Utah Senate President Stewart Adams, who endorsed DeSantis for president in 2024, said no governors ‘led like Gov. DeSantis did with COVID.’
Florida Gov. Ron DeSantis wants to end “a culture of losing” in the Republican Party by becoming the next president, he told reporters at the Utah Capitol on Friday afternoon.
Ahead of a fundraising dinner with Beehive State donors, DeSantis, with over a dozen Republican state lawmakers standing behind him, took a shot as former President Donald Trump. More Utah GOP lawmakers lingered in the back of the news conference, hesitant, but considering backing an alternative presidential candidate in an electorate where Trump has previously not fared as well as in other red states.
“(Florida) has one of the lowest unemployment rates, one of the best economies and what is one (of) the fastest growing states in the nation, and I believe that’s why Gov. DeSantis needs to be president of the United States,” Utah Senate President Stuart Adams, R-Layton, said, comparing the southeastern state to Utah.
DeSantis became a rising star in GOP circles for his state’s lax restrictions during the COVID-19 pandemic, and Adams cited those policies in voicing his support for DeSantis, saying, “No other state, no other governor, lead like Gov. DeSantis did with COVID.”
While nearly 100 Utah elected officials urged DeSantis in a letter last year to join the race, whether he can garner the same support among Utah voters remains a question. A Deseret News/Hinckley Institute of Politics poll of Republicans published Thursday places him four points behind Trump.
DeSantis took Friday’s news conference as an opportunity to take subtle jabs at his primary opponent, seemingly attacking Trump for his pending criminal charges.
“That red wave that was supposed to happen across the country (last year) … can be done, but we just got to have no distractions — none of the other side things,” DeSantis said. “We need to focus this election on Joe Biden’s failures and how we’re going to be able to put America on a better path.”
DeSantis deflected questions about whether he hired too many staffers after firing a dozen earlier this week to cut costs, explaining that all of his campaign work is done in-house, but “all that stuff is background noise.”
He also defended his campaign strategy, telling reporters that he’s focusing on support in states with early primary election dates, like Iowa, New Hampshire and South Carolina, as well states with Super Tuesday contests, including Utah.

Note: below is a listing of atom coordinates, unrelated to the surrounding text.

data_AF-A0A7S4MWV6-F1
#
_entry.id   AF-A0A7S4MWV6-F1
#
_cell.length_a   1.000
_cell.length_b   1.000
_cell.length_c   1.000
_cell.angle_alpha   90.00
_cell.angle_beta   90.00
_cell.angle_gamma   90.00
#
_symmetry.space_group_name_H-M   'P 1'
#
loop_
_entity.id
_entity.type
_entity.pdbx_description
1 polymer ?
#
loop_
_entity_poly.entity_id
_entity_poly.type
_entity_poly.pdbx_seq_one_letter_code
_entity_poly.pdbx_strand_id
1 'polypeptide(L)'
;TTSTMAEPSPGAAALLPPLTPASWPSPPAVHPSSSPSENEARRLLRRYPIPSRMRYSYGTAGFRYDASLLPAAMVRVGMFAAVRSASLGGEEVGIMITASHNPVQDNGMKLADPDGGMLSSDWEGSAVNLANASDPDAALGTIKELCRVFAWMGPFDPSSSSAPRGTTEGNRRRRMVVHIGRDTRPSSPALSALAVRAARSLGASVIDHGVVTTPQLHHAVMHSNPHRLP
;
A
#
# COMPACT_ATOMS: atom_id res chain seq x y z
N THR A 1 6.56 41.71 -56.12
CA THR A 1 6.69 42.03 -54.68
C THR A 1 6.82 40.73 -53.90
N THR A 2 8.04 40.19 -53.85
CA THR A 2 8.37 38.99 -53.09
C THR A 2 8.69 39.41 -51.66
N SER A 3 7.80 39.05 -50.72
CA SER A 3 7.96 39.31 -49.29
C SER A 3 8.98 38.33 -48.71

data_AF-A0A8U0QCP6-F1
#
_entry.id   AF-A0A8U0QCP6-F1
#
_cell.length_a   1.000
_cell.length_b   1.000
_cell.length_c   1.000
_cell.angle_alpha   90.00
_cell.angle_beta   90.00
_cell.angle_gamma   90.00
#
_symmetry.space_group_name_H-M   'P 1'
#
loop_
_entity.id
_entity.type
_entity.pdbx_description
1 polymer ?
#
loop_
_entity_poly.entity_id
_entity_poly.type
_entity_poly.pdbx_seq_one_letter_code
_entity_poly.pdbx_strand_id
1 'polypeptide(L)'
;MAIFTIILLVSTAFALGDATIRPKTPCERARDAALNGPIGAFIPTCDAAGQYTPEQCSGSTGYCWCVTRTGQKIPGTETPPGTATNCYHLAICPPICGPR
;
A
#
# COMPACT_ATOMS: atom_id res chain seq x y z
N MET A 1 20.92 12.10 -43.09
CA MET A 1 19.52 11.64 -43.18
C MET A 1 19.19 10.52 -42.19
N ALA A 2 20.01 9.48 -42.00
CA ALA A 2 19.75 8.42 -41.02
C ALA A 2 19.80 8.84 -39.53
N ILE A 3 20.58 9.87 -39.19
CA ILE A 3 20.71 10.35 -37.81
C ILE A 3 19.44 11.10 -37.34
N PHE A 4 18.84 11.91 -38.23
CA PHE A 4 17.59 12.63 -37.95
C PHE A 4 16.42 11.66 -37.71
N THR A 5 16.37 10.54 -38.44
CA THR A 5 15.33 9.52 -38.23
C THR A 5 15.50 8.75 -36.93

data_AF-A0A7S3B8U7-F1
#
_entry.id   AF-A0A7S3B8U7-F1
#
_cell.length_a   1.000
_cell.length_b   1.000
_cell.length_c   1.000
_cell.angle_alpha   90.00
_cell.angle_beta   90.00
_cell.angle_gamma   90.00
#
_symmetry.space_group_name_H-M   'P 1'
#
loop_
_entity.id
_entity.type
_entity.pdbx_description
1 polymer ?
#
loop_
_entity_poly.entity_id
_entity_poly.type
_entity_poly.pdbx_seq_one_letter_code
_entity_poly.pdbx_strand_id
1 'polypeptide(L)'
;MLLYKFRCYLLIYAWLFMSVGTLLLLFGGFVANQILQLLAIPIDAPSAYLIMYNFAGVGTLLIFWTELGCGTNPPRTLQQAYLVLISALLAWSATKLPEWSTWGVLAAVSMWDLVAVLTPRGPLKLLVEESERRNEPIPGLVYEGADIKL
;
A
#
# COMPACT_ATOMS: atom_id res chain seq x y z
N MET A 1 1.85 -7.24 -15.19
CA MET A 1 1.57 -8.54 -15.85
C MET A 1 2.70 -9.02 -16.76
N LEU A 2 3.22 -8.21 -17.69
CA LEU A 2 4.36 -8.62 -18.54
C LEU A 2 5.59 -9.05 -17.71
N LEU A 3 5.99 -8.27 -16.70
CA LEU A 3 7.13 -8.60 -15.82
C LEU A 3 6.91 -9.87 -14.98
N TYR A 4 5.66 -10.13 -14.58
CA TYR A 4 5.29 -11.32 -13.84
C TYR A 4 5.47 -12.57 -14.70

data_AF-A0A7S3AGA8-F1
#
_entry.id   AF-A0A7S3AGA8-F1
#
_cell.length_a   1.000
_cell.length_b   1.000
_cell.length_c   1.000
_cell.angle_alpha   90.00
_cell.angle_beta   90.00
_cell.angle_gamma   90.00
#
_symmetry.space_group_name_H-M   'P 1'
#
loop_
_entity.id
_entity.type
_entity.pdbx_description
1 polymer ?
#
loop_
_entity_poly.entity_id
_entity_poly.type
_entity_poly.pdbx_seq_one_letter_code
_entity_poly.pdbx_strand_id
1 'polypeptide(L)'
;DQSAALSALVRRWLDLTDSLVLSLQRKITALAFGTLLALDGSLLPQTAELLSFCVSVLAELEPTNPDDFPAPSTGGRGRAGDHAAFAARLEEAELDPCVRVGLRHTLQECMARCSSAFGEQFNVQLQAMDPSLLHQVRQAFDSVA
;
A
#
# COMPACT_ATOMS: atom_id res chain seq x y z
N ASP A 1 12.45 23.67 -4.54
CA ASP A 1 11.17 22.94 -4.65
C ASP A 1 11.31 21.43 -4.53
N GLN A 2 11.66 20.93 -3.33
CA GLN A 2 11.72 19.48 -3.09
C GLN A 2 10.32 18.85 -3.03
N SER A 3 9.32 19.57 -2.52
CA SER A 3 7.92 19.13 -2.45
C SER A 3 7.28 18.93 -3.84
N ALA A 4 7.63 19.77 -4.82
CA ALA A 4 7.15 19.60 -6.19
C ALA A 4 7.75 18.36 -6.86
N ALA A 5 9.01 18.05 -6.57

“This is a state-by-state race, and so that’s how we’ve set everything up,” DeSantis said.
A few supporters wearing shirts that said “Mamas for DeSantis” and “Make America Female Again” gathered outside the room where DeSantis spoke to public officials, their families and the media.
So did several protesters, holding signs criticizing Black history curriculums that were revised by the Florida Board of Education to conform with legislation signed by DeSantis. Vice President Kamala Harris traveled to Jacksonville on Friday to show her opposition to the standards, which now include instruction that enslaved people benefited from skills that they learned.
“I think that they’re probably going to show some of the folks that eventually parlayed being a blacksmith into doing things later in life. But the reality is, all of that is rooted in whatever is factual,” DeSantis said Friday of the curriculum, calling them “the most robust standards in African American history” in the country.
July’s visit marks the second time DeSantis has come to Utah in the last three months, showering attention on a state with just 40 Republican delegates prior to the primary election next March.
Adams is hosting a pricey “Pioneer Day Barbecue” fundraiser for DeSantis in Pleasant Grove on Friday evening. The cost is a $1,000 donation for individual attendees, while a VIP option is $6,600 individually or $13,200 per couple.
As he prepared to leave for the celebration marking the arrival of Mormon pioneers in Utah, where approximately two-thirds of people are members of The Church of Jesus Christ of Latter-day Saints, DeSantis emphasized to reporters that he’s driven by his faith in God more than his political philosophy.
“Politics has a role, but I don’t think it should be the number one divide in our country,” he said.